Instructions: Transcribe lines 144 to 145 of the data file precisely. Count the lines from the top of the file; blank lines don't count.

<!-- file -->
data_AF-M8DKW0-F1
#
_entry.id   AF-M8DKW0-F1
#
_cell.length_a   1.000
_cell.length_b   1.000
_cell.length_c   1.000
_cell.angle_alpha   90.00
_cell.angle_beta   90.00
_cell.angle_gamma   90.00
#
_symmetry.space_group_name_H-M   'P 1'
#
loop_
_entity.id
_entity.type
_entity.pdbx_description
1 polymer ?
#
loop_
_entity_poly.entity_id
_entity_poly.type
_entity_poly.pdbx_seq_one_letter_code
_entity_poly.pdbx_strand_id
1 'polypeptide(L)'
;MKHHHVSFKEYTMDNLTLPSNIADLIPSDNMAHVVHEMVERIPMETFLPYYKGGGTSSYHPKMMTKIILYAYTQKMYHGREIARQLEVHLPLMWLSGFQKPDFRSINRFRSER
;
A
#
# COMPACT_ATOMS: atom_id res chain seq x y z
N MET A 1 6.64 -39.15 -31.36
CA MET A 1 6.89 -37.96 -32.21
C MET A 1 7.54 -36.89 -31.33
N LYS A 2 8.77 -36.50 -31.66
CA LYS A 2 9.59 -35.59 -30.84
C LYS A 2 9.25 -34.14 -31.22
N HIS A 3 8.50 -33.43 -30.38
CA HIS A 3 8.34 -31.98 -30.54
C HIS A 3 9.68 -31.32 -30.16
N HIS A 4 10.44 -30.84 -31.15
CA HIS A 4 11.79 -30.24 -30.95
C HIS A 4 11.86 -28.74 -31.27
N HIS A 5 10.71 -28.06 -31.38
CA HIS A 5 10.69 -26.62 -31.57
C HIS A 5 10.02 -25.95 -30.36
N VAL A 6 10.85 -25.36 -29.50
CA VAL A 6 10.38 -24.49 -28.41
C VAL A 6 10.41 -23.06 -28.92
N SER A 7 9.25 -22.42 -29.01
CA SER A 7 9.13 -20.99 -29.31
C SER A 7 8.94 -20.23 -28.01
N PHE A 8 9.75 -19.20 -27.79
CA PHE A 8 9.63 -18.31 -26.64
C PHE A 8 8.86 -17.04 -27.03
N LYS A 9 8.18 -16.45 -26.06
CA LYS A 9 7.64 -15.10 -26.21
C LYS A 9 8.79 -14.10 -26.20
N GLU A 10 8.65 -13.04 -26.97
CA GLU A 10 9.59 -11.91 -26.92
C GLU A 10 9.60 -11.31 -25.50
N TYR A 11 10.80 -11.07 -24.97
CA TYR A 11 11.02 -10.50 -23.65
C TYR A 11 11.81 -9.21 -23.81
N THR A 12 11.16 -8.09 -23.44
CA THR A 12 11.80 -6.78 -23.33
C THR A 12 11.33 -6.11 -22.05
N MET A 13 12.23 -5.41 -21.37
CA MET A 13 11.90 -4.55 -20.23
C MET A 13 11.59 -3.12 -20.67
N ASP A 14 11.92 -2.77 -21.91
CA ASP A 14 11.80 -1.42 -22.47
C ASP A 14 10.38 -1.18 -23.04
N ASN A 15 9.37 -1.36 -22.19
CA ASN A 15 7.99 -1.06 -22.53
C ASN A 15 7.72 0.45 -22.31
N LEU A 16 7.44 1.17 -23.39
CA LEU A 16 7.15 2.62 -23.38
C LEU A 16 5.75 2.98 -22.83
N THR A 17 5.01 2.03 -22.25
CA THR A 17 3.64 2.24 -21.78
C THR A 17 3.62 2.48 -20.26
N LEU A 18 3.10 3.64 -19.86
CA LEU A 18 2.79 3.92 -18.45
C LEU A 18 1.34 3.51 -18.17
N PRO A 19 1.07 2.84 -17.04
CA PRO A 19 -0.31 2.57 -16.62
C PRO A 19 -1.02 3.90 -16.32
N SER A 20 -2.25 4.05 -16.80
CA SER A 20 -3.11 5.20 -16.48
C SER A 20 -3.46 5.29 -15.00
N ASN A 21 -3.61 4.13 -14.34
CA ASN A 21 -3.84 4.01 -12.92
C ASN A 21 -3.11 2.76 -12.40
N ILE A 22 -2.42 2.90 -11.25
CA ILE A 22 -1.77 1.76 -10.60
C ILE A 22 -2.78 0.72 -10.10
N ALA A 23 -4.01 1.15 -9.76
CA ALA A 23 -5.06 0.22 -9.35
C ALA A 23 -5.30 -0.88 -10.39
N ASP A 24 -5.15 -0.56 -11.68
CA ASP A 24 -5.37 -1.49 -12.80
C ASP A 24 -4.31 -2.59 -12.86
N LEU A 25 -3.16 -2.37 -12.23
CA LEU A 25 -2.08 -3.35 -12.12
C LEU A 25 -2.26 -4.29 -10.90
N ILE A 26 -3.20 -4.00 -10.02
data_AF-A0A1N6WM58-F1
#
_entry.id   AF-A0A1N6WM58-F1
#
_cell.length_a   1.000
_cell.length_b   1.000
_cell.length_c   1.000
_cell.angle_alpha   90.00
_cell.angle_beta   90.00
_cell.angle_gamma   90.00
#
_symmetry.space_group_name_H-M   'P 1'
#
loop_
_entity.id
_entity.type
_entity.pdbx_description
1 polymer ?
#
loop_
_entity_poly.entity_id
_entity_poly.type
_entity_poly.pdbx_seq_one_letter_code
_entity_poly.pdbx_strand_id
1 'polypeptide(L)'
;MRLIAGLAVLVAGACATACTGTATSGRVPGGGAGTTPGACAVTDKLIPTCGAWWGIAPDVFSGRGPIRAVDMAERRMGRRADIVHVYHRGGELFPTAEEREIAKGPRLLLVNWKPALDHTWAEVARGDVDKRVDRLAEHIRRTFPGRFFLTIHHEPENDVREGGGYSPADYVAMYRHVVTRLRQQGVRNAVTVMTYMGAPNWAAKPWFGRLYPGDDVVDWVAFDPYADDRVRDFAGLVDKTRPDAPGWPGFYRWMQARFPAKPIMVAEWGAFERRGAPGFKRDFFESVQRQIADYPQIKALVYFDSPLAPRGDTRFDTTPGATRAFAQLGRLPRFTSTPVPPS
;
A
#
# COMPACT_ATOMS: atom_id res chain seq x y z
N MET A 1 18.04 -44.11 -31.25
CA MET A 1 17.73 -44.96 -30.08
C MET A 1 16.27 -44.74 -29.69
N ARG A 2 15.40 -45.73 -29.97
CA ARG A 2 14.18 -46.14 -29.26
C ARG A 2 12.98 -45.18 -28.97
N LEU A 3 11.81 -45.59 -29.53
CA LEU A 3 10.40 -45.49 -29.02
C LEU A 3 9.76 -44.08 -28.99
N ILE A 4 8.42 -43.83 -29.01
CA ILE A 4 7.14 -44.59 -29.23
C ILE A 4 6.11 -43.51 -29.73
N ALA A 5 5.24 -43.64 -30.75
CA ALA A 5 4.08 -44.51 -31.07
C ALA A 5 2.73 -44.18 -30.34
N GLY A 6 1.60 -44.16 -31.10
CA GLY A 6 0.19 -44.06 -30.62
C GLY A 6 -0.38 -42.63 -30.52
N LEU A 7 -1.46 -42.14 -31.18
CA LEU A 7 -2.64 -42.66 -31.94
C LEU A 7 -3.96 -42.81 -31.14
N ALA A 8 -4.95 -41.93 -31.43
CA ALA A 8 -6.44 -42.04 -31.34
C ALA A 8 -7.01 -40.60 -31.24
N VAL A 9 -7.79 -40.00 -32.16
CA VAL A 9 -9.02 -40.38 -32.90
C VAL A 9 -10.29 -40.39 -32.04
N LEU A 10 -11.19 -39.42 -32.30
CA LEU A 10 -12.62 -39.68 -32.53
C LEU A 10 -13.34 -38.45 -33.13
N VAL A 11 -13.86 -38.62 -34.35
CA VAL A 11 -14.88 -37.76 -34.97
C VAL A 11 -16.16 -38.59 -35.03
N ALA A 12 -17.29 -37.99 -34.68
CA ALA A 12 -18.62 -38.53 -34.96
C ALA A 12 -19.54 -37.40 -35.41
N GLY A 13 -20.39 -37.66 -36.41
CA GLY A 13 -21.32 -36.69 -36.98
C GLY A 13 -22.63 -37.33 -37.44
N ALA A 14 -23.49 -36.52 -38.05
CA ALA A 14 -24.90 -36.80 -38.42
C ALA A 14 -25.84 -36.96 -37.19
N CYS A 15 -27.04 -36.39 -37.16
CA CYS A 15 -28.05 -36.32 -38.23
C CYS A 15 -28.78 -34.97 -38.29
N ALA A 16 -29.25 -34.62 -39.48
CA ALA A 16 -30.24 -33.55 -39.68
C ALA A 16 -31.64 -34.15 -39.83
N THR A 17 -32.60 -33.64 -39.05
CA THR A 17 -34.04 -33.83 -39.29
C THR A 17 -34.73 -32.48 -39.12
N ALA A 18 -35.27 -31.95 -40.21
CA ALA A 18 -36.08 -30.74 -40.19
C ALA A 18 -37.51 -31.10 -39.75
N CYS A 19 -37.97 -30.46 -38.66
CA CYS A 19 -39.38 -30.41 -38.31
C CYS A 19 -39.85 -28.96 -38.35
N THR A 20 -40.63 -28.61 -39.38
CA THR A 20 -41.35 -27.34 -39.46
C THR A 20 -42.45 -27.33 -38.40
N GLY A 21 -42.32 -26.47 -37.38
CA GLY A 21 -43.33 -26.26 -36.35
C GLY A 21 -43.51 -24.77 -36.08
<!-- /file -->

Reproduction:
CA LEU A 3 10.40 -45.49 -29.02
C LEU A 3 9.76 -44.08 -28.99